Civic Literacy, Good Governance, and Prosperity
To gain an appreciation for the direct link between democracy and prosperity, simply examine a nighttime satellite photo of the Korean peninsula.
To the north lays one of the unfreest and poorest countries on earth. Private enterprise is a crime.
To the south is a democracy based on the recognition of basic human rights and freedoms—including economic freedom. It has a vibrant private sector and a strong national GDP. The entire country is bathed in light. In the north, people are subjects. In the south, people are citizens.
I wonder how many of our school children have seen this photo and understand the profoundly important story it tells.
The maintenance of free society, self-government, and a future on the right side of the dividing line between light and dark, liberty and bondage, and prosperity and poverty is a continuous work in progress. Hard work.
Success largely depends on each citizen’s basic comprehension of who we are as a people, what we stand for, and the values and principles undergirding the system put in place to preserve and protect freedom. It flows from informed understanding and faithful practice of the habits, traditions, and responsibilities of good citizenship upon which liberty’s survival depends.
The U.S. Chamber Foundation is examining the business case for civics education. It’s an open and shut case.
Without good citizenship rooted in civics literacy, good governance and the nation’s economic prospects – and the future for enterprise – will wither.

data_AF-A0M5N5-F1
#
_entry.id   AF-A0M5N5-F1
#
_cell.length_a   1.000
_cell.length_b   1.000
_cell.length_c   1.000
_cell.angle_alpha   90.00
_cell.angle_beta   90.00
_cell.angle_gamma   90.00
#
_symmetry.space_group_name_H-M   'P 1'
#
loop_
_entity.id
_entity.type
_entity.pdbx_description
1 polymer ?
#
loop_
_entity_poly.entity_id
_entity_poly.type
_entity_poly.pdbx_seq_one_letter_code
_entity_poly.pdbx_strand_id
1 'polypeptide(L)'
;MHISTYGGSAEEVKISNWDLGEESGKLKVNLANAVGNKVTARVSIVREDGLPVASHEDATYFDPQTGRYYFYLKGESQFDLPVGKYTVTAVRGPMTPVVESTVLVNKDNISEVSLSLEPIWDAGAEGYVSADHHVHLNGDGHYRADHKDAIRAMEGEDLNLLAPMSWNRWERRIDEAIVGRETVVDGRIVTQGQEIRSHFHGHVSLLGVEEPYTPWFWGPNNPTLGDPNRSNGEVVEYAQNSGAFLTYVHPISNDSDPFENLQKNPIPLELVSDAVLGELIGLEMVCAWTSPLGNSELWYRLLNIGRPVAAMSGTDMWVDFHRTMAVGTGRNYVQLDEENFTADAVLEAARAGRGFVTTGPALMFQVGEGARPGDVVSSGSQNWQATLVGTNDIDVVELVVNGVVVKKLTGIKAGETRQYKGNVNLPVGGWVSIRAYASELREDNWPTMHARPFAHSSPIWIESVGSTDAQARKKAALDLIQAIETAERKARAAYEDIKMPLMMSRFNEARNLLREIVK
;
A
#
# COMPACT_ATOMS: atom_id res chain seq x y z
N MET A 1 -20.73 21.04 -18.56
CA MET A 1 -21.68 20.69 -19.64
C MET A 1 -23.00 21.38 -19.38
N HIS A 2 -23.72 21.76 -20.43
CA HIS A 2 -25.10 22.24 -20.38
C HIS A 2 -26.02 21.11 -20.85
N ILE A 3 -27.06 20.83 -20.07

Indeed, informed respect for the mutual-dependence of good government and free enterprise bound by good citizenship is what made the United States the freest and most prosperous nation on earth – and a bright beacon to the world.
The polarization of our nation’s politics seems to have obscured this equation. We have lost appreciation for the co-dependence of the public and private sectors in our system.
A strong business community matters to the nation because the private sector produces the goods, services, and jobs that society needs to survive and thrive, individually and collectively. Moreover, the private sector-led economic activity provides the revenue to fund the public sector in its vital role in the country.
Why civics and government matters to business and the nation’s economic prospects was described in the Chamber Foundation’s publication, “American Competitiveness.” Good governance was addressed as one of the eight factors that clearly defines the country’s ability to prosper and compete.
The report stated:
“America’s progress in the 21st Century requires a polity that appreciates the inseparable link between political and economic freedom. It demands an honest public sector mature in its understanding that private enterprise is the primary engine of national productivity and prosperity. And it needs leadership that recognizes the Constitutional obligation to promote the ‘general welfare’ encompasses a responsibility to foster productive private initiative. Without good governance, the indispensable ingredients of a sound business environment–freedom, security, rule of law, social cohesion, respect for enterprise and vibrant civil society–are beyond reach.”
The root of a good governance is and always will be good citizenship informed by civic literacy. And it will always be this connection that empowers people, their enterprises, and America to thrive in freedom and prosperity.